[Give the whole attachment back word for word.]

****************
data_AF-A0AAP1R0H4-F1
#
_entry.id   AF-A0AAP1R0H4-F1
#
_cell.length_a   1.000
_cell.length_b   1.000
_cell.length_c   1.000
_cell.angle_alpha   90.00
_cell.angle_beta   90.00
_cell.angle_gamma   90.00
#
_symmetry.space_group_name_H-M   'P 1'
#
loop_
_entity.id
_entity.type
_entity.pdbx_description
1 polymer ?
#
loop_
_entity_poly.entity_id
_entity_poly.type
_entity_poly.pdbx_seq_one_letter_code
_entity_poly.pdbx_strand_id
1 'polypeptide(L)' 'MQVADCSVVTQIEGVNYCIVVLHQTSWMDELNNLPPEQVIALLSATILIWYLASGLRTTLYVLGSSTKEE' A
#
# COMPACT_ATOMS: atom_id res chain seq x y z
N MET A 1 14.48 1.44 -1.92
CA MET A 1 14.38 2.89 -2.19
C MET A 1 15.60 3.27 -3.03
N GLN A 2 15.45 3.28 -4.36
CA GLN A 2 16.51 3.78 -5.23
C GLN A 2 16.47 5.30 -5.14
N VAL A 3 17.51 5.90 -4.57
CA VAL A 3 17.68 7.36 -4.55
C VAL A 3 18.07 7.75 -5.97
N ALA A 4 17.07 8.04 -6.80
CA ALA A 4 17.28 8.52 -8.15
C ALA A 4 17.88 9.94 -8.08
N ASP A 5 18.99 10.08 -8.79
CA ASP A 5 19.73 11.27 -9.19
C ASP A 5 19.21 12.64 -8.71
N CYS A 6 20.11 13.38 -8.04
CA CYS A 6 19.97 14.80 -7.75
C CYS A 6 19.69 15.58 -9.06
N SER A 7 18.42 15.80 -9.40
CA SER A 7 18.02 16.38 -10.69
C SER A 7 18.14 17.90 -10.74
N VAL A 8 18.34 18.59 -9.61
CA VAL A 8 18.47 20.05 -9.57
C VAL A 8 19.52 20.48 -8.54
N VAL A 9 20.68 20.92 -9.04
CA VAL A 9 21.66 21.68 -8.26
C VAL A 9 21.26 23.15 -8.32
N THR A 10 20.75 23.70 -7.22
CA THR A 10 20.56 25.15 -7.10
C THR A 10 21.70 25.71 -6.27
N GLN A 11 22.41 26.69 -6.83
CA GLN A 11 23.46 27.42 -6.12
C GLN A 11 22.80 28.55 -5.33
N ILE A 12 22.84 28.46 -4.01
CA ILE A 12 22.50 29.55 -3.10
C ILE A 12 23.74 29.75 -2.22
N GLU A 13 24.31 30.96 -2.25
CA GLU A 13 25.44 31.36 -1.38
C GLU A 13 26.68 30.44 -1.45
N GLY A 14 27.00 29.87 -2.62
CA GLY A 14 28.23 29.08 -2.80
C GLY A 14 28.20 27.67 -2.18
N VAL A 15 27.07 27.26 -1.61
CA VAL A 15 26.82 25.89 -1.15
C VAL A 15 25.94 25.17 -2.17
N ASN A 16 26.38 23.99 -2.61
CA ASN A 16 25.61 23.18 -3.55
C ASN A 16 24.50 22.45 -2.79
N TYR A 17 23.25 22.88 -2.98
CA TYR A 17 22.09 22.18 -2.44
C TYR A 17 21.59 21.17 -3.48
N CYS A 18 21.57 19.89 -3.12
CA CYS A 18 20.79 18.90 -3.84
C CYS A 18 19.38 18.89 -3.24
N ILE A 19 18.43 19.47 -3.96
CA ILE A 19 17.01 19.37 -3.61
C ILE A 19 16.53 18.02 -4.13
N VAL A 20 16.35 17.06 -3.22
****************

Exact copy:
data_AF-A0AAP1R0H4-F1
#
_entry.id   AF-A0AAP1R0H4-F1
#
_cell.length_a   1.000
_cell.length_b   1.000
_cell.length_c   1.000
_cell.angle_alpha   90.00
_cell.angle_beta   90.00
_cell.angle_gamma   90.00
#
_symmetry.space_group_name_H-M   'P 1'
#
loop_
_entity.id
_entity.type
_entity.pdbx_description
1 polymer ?
#
loop_
_entity_poly.entity_id
_entity_poly.type
_entity_poly.pdbx_seq_one_letter_code
_entity_poly.pdbx_strand_id
1 'polypeptide(L)' 'MQVADCSVVTQIEGVNYCIVVLHQTSWMDELNNLPPEQVIALLSATILIWYLASGLRTTLYVLGSSTKEE' A
#
# COMPACT_ATOMS: atom_id res chain seq x y z
N MET A 1 14.48 1.44 -1.92
CA MET A 1 14.38 2.89 -2.19
C MET A 1 15.60 3.27 -3.03
N GLN A 2 15.45 3.28 -4.36
CA GLN A 2 16.51 3.78 -5.23
C GLN A 2 16.47 5.30 -5.14
N VAL A 3 17.51 5.90 -4.57
CA VAL A 3 17.68 7.36 -4.55
C VAL A 3 18.07 7.75 -5.97
N ALA A 4 17.07 8.04 -6.80
CA ALA A 4 17.28 8.52 -8.15
C ALA A 4 17.88 9.94 -8.08
N ASP A 5 18.99 10.08 -8.79
CA ASP A 5 19.73 11.27 -9.19
C ASP A 5 19.21 12.64 -8.71
N CYS A 6 20.11 13.38 -8.04
CA CYS A 6 19.97 14.80 -7.75
C CYS A 6 19.69 15.58 -9.06
N SER A 7 18.42 15.80 -9.40
CA SER A 7 18.02 16.38 -10.69
C SER A 7 18.14 17.90 -10.74
N VAL A 8 18.34 18.59 -9.61
CA VAL A 8 18.47 20.05 -9.57
C VAL A 8 19.52 20.48 -8.54
N VAL A 9 20.68 20.92 -9.04
CA VAL A 9 21.66 21.68 -8.26
C VAL A 9 21.26 23.15 -8.32
N THR A 10 20.75 23.70 -7.22
CA THR A 10 20.56 25.15 -7.10
C THR A 10 21.70 25.71 -6.27
N GLN A 11 22.41 26.69 -6.83
CA GLN A 11 23.46 27.42 -6.12
C GLN A 11 22.80 28.55 -5.33
N ILE A 12 22.84 28.46 -4.01
CA ILE A 12 22.50 29.55 -3.10
C ILE A 12 23.74 29.75 -2.22
N GLU A 13 24.31 30.96 -2.25
CA GLU A 13 25.44 31.36 -1.38
C GLU A 13 26.68 30.44 -1.45
N GLY A 14 27.00 29.87 -2.62
CA GLY A 14 28.23 29.08 -2.80
C GLY A 14 28.20 27.67 -2.18
N VAL A 15 27.07 27.26 -1.61
CA VAL A 15 26.82 25.89 -1.15
C VAL A 15 25.94 25.17 -2.17
N ASN A 16 26.38 23.99 -2.61
CA ASN A 16 25.61 23.18 -3.55
C ASN A 16 24.50 22.45 -2.79
N TYR A 17 23.25 22.88 -2.98
CA TYR A 17 22.09 22.18 -2.44
C TYR A 17 21.59 21.17 -3.48
N CYS A 18 21.57 19.89 -3.12
CA CYS A 18 20.79 18.90 -3.84
C CYS A 18 19.38 18.89 -3.24
N ILE A 19 18.43 19.47 -3.96
CA ILE A 19 17.01 19.37 -3.61
C ILE A 19 16.53 18.02 -4.13
N VAL A 20 16.35 17.06 -3.22